10. My paint code indicates that the car was originally black. It is now two-tone green. As best I can determine the upper is Mermaid Green (580) and the lower is Ludington Green (570). The car was repainted many years ago. I have no history on it. The paint chip page for this car indicates that it was offered with code 575 (upper Ludington, lower English Green) or code 579 (upper Mermaid green, lower Cedar green). Neither of these match my car, assuming my eyes and those of a local automotive paint shop specialists are correct. My engine bay is the same as the lower color (Ludington green). The chart you have indicates that Sherwin Williams 9205 will work (or Dupont 93-20952 or 246-53407). My local paint guy never found that. He estimates (by comparing chips he has) that it is close to (and this is what he wrote down): Deck #6-1-01 Prospecto-, Chip # 6-1-2345-00, Paint Code - ESQ, car: Citroen. He will mix that and then adjust by sight to my car. (I need to bring him a panel.) A couple photos of my car are attached for reference. My question is similar to yours: were custom two-tones available or did the factory always stick to what is written in the paint charts and catalogs? Did someone repaint my car 'the way they wanted it to look' or were they copying something that was available as an unadvertised option? (Note: my wheels are black. With this color combination it looks like they should be maybe Ludington Green with a Cream stripe?)
  11. My '41 fuel pump was leaking from one of the many screws that hold on the diaphragm section. The man who rebuilt it put a heli-coil and it has held nicely. If you don't want to order a whole batch of them just go to a local machine shop and see if they will sell you one or two. They always have them on hand in the tool room. Regarding JB Weld, I once cut through a seized fitting that was on an outdoor water hose spigot. Unfortunately I managed to cut through an outer thread on the spigot. I then covered the thread and small hole with JB-Weld, lightly screwed on the garden hose, and then removed the hose. The next day the hose went on nicely. There is a tiny but acceptable leak, though. Way better than before.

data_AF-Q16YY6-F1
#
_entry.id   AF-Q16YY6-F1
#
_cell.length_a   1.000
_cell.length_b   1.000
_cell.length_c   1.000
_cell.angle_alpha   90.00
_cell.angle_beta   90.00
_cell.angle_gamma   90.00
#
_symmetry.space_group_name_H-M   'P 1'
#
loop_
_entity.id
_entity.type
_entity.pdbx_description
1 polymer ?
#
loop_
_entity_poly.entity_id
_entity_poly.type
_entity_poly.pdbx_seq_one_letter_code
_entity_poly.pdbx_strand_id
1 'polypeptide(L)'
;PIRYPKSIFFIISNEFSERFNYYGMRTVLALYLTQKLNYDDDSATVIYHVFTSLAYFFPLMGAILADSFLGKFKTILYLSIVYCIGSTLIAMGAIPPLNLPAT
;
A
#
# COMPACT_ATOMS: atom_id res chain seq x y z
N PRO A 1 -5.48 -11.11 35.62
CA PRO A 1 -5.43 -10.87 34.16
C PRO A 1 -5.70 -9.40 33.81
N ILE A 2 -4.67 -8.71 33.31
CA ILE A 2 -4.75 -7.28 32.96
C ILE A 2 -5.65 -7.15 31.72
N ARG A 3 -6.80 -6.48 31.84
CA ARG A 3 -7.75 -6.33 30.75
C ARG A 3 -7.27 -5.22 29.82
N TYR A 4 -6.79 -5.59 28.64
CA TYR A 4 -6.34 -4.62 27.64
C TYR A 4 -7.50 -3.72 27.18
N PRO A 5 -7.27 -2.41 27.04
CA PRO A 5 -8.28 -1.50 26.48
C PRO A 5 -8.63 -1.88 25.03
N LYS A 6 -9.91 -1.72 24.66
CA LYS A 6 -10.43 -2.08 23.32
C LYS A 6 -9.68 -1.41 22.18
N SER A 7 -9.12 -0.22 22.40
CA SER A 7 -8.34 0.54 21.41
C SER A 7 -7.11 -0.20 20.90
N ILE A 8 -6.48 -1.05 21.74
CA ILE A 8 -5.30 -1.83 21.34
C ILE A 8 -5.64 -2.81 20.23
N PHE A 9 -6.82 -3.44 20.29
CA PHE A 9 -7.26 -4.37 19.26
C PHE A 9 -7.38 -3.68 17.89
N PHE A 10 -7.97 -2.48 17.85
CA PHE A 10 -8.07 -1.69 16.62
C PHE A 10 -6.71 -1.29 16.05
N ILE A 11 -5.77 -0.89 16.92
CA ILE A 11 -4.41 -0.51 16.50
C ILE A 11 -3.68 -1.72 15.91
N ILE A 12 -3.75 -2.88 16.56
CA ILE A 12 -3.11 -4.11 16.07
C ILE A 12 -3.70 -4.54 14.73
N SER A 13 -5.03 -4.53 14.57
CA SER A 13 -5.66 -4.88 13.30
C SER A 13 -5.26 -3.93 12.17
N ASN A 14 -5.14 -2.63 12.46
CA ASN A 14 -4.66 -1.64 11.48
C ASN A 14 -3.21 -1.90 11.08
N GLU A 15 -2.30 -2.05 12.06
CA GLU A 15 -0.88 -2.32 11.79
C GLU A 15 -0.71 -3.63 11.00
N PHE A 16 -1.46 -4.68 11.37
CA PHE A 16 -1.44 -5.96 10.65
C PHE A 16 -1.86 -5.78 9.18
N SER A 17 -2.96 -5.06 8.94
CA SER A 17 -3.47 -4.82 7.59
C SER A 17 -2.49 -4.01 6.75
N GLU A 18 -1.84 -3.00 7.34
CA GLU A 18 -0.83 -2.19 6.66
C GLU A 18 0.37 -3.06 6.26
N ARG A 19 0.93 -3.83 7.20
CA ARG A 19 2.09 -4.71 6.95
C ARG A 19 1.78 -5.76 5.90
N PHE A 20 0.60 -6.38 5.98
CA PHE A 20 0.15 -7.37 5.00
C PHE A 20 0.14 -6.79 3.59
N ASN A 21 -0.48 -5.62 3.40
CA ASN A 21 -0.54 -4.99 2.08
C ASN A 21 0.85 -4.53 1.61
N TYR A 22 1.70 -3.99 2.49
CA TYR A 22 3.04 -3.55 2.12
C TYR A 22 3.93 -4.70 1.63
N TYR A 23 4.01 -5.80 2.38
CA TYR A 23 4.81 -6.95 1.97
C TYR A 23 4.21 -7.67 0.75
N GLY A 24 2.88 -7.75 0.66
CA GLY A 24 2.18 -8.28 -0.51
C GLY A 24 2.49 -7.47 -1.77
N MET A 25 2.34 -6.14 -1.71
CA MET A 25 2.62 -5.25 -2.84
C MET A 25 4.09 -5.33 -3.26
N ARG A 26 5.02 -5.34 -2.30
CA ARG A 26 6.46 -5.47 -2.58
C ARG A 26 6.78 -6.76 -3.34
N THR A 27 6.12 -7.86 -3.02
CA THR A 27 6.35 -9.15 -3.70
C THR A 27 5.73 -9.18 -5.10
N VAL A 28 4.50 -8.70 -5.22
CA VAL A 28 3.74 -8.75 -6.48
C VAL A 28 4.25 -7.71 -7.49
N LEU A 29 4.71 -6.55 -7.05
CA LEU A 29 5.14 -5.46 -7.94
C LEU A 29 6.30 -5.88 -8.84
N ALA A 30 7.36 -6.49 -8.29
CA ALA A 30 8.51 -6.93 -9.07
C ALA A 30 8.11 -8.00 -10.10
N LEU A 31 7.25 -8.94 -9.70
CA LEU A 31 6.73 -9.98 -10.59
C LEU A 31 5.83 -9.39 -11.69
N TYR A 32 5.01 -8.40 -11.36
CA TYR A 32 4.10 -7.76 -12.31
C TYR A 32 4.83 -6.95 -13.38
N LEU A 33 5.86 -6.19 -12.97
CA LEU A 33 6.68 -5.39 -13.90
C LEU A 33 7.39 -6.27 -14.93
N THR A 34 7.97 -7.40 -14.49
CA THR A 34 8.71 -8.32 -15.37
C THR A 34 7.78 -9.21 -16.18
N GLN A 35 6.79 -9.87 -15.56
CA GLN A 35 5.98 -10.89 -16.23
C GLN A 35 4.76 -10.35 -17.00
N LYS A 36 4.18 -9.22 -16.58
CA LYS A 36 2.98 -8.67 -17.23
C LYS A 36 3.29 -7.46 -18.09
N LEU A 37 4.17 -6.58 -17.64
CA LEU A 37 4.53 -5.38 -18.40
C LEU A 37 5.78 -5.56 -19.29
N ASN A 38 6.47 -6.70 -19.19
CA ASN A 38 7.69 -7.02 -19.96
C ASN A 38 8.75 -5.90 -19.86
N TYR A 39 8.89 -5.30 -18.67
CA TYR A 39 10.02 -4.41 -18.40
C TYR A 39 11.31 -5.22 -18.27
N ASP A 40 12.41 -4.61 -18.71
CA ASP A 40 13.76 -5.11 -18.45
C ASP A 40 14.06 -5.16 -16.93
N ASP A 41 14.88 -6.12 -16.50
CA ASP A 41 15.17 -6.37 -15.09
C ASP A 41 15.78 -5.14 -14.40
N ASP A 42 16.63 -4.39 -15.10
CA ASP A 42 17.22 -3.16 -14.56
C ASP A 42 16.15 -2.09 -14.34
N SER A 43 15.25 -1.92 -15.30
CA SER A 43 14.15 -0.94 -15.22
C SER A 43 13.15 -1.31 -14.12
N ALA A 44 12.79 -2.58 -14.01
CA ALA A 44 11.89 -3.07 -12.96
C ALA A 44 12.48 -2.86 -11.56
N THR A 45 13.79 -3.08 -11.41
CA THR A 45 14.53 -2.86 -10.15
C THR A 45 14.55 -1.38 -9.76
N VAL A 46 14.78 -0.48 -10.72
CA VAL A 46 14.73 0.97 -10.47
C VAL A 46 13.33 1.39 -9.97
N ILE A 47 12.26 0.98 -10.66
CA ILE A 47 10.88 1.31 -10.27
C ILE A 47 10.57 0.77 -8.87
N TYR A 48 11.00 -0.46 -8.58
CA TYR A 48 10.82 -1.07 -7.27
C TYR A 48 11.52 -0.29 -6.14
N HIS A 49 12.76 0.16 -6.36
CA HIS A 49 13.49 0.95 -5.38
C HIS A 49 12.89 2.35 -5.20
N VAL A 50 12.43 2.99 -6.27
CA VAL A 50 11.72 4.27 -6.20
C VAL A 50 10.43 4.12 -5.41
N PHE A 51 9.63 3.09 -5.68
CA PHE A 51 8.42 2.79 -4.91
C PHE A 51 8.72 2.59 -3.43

12. Charlie Nash, VP of the Westerly-Pawcatuck region has posted part III of his ongoing restoration of his wife's new car. He took plenty of plenty of photos and posted all the details to our club blog. You can check it out here: Please feel free to leave comments. This will encourage Charlie to continue to share his work. He is meticulous in all that he does and he is a good writer. Check it out!
  13. You may want to check to see if the wire that supplies the positive voltage from the meter is good. Run a temporary wire from the positive supply of the meter to the gauge. That 3 volts may jump to 6 and solve the problem. If it does and the gauge works you will need to replace the wire currently in the car. Also, without installing the sending unit at all you should be able to work it through its range by lifting and lowering the float to see if the gauge responds properly. Just have ground and supply properly connected. To test your ground point (where you cleaned it) attach one end of the ohm meter to that ground and the other via a long jumper wire (maybe no. 16 size) to the battery ground strap. It should read close to 0 ohms.
  14. Be sure to call Skip first. I last spoke with him at Hershey in October. At that time he still had not resumed manufacture of the parts. He advised that I check back often to see if he is up and running again.
  15. Mine came in email a couple days ago. Try this link: